Schedule and Events

March 26-29, 2012, Software Test Professionals Conference, New Orleans
July, 14-15, 2012 - Test Coach Camp, San Jose, California
July, 16-18, 2012 - Conference for the Association for Software Testing (CAST 2012), San Jose, California
August 2012+ - At Liberty; available. Contact me by email:

Monday, August 06, 2007

Real Science

Does anybody else remember the Middle School Science Fair? The idea is to apply the scientific method to something practical, then show off all the budding scientists.

If I remember the scientific methods as I was taught, it was essentially this:

- Collect some documented observations of your subject
- Make a hypothesis – a theory that should predict behavior (Make sure you pick the right one!)
- Conduct an experiment – Conduct it properly, so to easily repeatable.
- Evaluate the results of the experiment – do they support your hypothesis?
- Draw Conclusions

When done, you should have some artifacts that document the experiment. This is usually a big poster-board with a page for each step in the method, plus a cutesey visual display. We were then evaluated on our displays, documentation, and how valid our experiments were.

... and I suspect that the entire approach is wrong. Wrong. Wrong.

What if we were not taught to do one experiment meticulously and correctly, but instead taught how to do lots of experiments – dozens, hundreds – very quickly and very sloppily? Then, if we find something interesting, we can come back and do the experiment again. If the results are interesting, then play the documentation game.

Done this way, our students actually have a shot at real innovation, instead of pseudo-science. Thus we can judge competitors not by the quality of the documentation, but by weather or not they actually found anything interesting.

This test early, test often, test always idea of science is not new; actually, it’s the basic idea that Thomas Edison used to bring the light bulb to market. In fact, when I looked up the Scientifc Method in Wikipedia this morning, it had a large section on "Evaluation and Iteration" and "Testing and Improvement." It turns out, that’s the real scientific method after all.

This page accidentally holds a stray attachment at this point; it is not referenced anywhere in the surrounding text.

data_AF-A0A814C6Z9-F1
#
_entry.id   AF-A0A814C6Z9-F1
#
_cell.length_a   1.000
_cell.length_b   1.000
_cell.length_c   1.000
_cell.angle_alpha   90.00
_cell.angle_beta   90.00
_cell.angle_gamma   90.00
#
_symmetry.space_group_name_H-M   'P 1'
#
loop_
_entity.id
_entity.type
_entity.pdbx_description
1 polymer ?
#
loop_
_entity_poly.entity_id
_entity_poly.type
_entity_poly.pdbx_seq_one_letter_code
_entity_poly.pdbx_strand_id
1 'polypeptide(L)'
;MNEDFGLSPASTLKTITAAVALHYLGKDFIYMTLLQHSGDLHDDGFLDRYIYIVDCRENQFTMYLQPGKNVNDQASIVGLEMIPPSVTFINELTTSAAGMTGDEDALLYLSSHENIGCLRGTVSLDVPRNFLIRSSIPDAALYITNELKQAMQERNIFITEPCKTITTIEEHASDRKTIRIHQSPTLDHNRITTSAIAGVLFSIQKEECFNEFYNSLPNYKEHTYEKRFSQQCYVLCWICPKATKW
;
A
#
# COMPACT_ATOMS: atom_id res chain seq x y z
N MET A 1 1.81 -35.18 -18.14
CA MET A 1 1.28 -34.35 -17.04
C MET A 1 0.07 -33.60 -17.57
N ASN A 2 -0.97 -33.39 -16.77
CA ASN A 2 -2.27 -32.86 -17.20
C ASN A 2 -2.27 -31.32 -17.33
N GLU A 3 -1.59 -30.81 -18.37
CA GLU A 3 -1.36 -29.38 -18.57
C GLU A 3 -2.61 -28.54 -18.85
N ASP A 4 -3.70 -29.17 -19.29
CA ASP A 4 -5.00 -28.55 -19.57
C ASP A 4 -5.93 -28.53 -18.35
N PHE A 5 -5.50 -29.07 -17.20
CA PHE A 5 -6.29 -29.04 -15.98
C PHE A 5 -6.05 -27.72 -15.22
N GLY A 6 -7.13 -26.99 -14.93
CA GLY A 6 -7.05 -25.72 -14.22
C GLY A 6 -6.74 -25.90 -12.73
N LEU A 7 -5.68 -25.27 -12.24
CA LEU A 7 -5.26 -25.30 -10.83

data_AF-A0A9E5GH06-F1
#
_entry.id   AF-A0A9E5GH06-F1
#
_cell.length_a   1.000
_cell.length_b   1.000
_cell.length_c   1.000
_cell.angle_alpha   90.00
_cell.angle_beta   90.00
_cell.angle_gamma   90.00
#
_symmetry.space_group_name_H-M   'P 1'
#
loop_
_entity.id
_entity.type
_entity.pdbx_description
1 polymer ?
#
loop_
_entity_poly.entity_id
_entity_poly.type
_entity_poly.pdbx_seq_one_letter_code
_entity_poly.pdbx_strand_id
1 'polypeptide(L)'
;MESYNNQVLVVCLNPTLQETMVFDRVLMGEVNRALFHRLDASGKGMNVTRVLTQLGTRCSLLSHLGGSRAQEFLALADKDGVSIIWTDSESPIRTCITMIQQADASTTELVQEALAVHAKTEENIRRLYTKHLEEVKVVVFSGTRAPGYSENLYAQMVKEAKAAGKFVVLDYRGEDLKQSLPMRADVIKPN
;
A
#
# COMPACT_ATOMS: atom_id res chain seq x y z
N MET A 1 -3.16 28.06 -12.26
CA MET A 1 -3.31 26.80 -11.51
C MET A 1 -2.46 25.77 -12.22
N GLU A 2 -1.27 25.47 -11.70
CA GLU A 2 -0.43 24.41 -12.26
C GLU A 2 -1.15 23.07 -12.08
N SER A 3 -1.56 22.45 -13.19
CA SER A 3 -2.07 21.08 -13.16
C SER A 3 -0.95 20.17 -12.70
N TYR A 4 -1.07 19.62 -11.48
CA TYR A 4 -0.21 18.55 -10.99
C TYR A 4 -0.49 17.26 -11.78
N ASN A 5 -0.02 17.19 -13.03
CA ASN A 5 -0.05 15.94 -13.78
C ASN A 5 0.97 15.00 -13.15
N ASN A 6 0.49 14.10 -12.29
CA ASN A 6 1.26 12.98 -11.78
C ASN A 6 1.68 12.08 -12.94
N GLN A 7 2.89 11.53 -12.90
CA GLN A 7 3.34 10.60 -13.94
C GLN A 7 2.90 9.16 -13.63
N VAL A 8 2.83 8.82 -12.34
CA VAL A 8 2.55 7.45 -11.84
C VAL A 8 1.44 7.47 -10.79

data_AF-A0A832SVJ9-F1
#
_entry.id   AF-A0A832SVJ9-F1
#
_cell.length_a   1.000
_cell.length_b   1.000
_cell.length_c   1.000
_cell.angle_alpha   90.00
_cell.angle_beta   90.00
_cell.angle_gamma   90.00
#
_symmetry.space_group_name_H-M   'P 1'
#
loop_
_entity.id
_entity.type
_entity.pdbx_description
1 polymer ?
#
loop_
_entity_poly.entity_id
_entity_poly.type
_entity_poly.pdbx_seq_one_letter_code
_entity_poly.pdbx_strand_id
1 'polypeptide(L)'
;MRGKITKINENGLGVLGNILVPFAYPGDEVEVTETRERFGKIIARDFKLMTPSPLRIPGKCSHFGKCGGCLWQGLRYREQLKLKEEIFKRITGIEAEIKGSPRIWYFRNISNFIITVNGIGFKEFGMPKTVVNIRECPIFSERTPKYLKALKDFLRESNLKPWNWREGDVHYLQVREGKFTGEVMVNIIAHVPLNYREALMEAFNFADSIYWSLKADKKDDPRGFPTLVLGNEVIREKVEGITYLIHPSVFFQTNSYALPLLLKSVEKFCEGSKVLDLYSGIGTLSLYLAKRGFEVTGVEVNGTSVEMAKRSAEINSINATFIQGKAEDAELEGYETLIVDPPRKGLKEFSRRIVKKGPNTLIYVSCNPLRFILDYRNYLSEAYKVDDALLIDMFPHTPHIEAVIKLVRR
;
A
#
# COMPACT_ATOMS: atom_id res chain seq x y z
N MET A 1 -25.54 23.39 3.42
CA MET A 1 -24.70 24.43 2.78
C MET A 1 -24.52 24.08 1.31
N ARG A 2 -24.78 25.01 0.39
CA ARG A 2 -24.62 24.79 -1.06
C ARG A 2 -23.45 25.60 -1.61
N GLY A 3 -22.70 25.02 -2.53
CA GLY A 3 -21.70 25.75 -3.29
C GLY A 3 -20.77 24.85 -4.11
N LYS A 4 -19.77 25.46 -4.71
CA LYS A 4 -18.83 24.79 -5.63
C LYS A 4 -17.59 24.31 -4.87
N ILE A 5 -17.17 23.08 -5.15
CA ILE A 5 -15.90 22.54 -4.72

The problem is that we are so seeped in this culture that we confuse the accidental things like documentation with the essence – discovery and experiment.

We have this problem in software testing.

We call it the test case.


Ben Simo said...

I keep hearing that documentation and repeatability are keys to good testing. I also hear that we should not waste any time running unnecessary tests. Instead we should over discuss (time is better spent in meetings than testing), over analyze, and over document everything before we waste time executing tests. Right? ;)

Mark Waite said...

I think there is a worthwhile counterargument hiding in Nikola Tesla's bitter commentary on Edison's life, as quoted on Wikipedia.

"His method was inefficient in the extreme, for an immense ground had to be covered to get anything at all unless blind chance intervened and, at first, I was almost a sorry witness of his doings, knowing that just a little theory and calculation would have saved him 90 per cent of the labor."

Tesla should not be considered an objective commentator on Edison (he hated Edison with a passion), but his phrase "inefficient in the extreme" was the key point for me.

I think that if a test case can be described simply enough to allow experimentation, with enough room for development and capture of knowledge, then a test case serves its purpose well and is not as likely to be "inefficient in the extreme".

I realize the argument is weak, based on a poor analogy and an opponent's embittered comments about a brilliant inventor, but I don't want to surrender the scientific method too easily, even in my exploratory testing.

When I am exploring an area, one outcome will probably be bug reports. Repeatable bug reports have generated better results for me in the past than unrepeatable bug reports. Getting to repeatable bug reports seems to trigger at least some portion of the scientific method. I don't want to abandon that portion of the scientific method that helps me remember to remember things, and remember to observe things, and remember to reason about things...